an output controller configured to receive the ISO packet from the ISO packet generator and transmit the ISO packet according to a predetermined communication protocol.
7. The device of claim 3, the device is a semiconductor device.
8. The device of claim 5, the device is a transmitting device.
9. A method of correcting a time stamp value comprising:
generating and outputting an original time value at an original time counter;
receiving a network time value and an original time value in a subtracter, subtracting the original time value from the network time value, and outputting the difference as a cycle-time difference value;
receiving an original time-stamp value and the cycle-time difference value in a first adder, adding the cycle-time difference value to the original time-stamp value, and outputting the sum as a time-stamp value;
receiving an offset value and the original time value at a second adder, adding the offset value to the original time value, and outputting the sum as the original time-stamp value; and
receiving the original time-stamp value attached real-time data at a memory and outputting the original time-stamp value attached real-time data in a first-in, first-out manner.
10. A method of correcting a time stamp value comprising:
receiving a network time value and an original time value in a subtracter, subtracting the original time value from the network time value, and outputting the difference as a cycle-time difference value;
receiving an original time-stamp value and the cycle-time difference value in a first adder, adding the cycle-time difference value to the original time-stamp value, and outputting the sum as a time-stamp value;
receiving an offset value and the original time value at a second adder, adding the offset value to the original time value, and outputting the sum as the original time-stamp value;
receiving real-time data and the original time-stamp value at an original time-stamp value attacher, attaching the original time-stamp value to the real-time data, and outputting the original time-stamp value attached real-time data;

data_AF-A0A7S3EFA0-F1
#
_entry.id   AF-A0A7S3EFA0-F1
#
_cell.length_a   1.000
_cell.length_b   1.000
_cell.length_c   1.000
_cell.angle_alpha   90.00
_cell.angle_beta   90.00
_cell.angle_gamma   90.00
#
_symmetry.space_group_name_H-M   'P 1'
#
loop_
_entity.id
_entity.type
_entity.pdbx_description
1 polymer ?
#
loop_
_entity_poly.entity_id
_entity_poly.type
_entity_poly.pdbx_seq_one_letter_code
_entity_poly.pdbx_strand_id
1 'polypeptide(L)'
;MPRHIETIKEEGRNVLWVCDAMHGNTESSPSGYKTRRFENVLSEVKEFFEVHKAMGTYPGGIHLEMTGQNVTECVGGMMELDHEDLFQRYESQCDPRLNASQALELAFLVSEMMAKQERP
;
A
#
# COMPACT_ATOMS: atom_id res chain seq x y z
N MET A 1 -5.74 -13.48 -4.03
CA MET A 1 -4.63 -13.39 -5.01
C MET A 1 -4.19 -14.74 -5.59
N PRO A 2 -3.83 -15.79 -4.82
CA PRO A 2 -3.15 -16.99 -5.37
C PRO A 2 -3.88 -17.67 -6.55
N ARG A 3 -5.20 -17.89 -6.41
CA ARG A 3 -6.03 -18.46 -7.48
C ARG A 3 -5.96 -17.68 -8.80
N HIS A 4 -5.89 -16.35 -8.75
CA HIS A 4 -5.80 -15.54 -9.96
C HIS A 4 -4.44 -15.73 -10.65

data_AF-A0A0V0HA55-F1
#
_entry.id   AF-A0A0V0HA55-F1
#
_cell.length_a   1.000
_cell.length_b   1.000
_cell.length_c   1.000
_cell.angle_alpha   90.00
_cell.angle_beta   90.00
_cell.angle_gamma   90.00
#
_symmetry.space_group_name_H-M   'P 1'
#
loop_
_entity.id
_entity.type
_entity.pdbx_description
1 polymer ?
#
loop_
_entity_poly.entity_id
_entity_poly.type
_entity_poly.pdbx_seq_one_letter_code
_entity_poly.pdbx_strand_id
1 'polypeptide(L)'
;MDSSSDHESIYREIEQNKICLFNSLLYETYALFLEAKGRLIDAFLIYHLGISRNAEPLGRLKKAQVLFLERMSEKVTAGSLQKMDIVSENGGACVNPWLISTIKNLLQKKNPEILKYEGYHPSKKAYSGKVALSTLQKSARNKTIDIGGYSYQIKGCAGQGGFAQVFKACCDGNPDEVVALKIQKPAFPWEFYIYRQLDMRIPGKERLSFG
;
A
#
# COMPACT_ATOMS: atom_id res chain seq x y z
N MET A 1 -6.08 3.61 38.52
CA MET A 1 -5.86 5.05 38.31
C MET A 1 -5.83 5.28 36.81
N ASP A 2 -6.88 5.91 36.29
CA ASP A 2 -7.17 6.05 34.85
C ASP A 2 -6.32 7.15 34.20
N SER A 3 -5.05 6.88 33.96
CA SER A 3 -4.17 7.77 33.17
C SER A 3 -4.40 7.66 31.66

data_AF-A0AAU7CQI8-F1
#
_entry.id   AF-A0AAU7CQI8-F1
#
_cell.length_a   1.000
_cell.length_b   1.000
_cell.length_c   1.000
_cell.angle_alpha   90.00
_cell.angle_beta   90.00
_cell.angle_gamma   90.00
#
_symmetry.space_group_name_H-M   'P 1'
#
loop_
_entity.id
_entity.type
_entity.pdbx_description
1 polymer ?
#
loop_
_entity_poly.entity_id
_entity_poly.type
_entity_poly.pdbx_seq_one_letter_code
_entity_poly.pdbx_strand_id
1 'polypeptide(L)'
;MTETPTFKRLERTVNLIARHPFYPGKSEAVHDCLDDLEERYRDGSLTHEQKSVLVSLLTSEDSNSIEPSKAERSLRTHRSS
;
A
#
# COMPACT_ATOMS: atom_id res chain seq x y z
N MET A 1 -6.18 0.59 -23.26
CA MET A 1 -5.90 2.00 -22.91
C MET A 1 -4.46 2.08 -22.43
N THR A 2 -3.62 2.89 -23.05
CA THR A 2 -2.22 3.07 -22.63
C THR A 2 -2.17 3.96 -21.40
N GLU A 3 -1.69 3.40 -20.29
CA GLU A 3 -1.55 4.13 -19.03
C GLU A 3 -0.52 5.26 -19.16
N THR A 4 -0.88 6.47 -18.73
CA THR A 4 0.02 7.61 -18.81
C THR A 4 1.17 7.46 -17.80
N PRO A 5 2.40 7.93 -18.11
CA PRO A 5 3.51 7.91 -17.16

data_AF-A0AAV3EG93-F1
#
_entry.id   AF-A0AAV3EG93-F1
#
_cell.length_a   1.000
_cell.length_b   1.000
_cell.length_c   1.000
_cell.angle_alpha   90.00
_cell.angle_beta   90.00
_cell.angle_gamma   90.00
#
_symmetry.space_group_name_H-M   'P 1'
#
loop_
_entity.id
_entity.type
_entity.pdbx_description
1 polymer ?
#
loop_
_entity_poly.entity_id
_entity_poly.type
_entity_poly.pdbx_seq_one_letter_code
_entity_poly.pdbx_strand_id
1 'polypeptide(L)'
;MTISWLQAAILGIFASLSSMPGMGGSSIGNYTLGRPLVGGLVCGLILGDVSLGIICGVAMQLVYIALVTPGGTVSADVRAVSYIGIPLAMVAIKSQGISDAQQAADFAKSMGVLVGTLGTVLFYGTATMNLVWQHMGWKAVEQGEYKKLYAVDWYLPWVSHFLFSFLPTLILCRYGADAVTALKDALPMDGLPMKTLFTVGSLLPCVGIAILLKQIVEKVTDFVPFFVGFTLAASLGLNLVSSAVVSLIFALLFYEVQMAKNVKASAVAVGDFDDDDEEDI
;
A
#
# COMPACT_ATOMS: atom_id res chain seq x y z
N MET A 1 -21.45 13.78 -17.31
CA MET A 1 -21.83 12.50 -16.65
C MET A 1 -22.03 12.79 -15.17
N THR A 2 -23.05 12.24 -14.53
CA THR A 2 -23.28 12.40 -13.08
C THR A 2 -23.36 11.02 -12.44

receiving the original time-stamp value attached real-time data at a memory and outputting the original time-stamp value attached real-time data in a first-in, first-out manner; and
receiving the original time-stamp value attached real-time data from the memory at an original time-stamp value separator, separating the original time-stamp value attached real-time data into the original time-stamp value and the real-time data, and outputting the separated original time-stamp value and real-time data.
11. The method of claim 10, further comprising:
receiving the time-stamp value at a CIP (common isochronous packet) header generator, generating a CIP header containing the time-stamp value, and outputting the CIP header; and
receiving an ISO header, the CIP header, and the real-time data from the original time-stamp value separator at an ISO (isochronous) packet generator, and generating an ISO packet containing the received ISO header, CIP header, and real-time data.
12. The method of claim 10, further comprising:
outputting a CIP header from a CIP header generator; and
receiving an ISO header, the CIP header, the time-stamp value from the first adder, and the real-time data from the original time-stamp value separator at an ISO (isochronous) packet generator and generating an ISO packet containing the received ISO header, CIP header, time-stamp value, and real-time data.
13. The method of claim 11, further comprising:
receiving the ISO packet from the ISO packet generator at an output controller and transmitting the ISO packet according to a predetermined communication protocol.
14. The method of claim 12, further comprising:
receiving the ISO packet from the ISO packet generator at an output controller and transmitting the ISO packet according to a predetermined communication protocol.
Description
CROSS REFERENCE TO RELATED APPLICATIONS

This application is based upon and claims the benefit of priority from the prior Japanese Patent Application No. 2002-288101 filed on Sep. 30, 2002; the entire contents of which are incorporated herein by reference.

BACKGROUND OF THE INVENTION

1. Field of the Invention

The present invention relates to a time-stamp corrector providing smooth playback of real-time data in a network that connects, for example, digital video cameras (DV cameras), televisions (TVs), and personal computers (PCs) to one another, and a method of correcting a time stamp.

2. Description of Related Art

A network that connects devices to one another frequently shares time information (hereinafter referred to as network time). For example, in FIG. 1, a first node, a second node (for example, a DV camera), a third node (for example, a TV), a fourth node (for example, a PC), and a fifth node form an EEE-1394 network N1. In the network, the first to fourth nodes share cycle time notified by cycle start packets from the fifth node serving as a cycle master. “Cycle time” is a term used by IEEE 1394 to refer to the network time.

In FIG. 2A, the IEEE-1394 network transmits cycle start packets 10 a, 10 b, and the like at intervals of 125 microseconds, and following the cycle start packets respectively, isochronous (ISO) packets 12 a, 12 b, and the like containing real-time data such as music and video data.

In FIG. 2B, a cycle start packet 10 includes a source ID to identify a device that transmits real-time data (hereinafter referred to as “transmitting device”), a destination ID to identify a device that receives the real-time data (hereinafter referred to as “receiving device”), and a cycle time (CYCLE-TIME).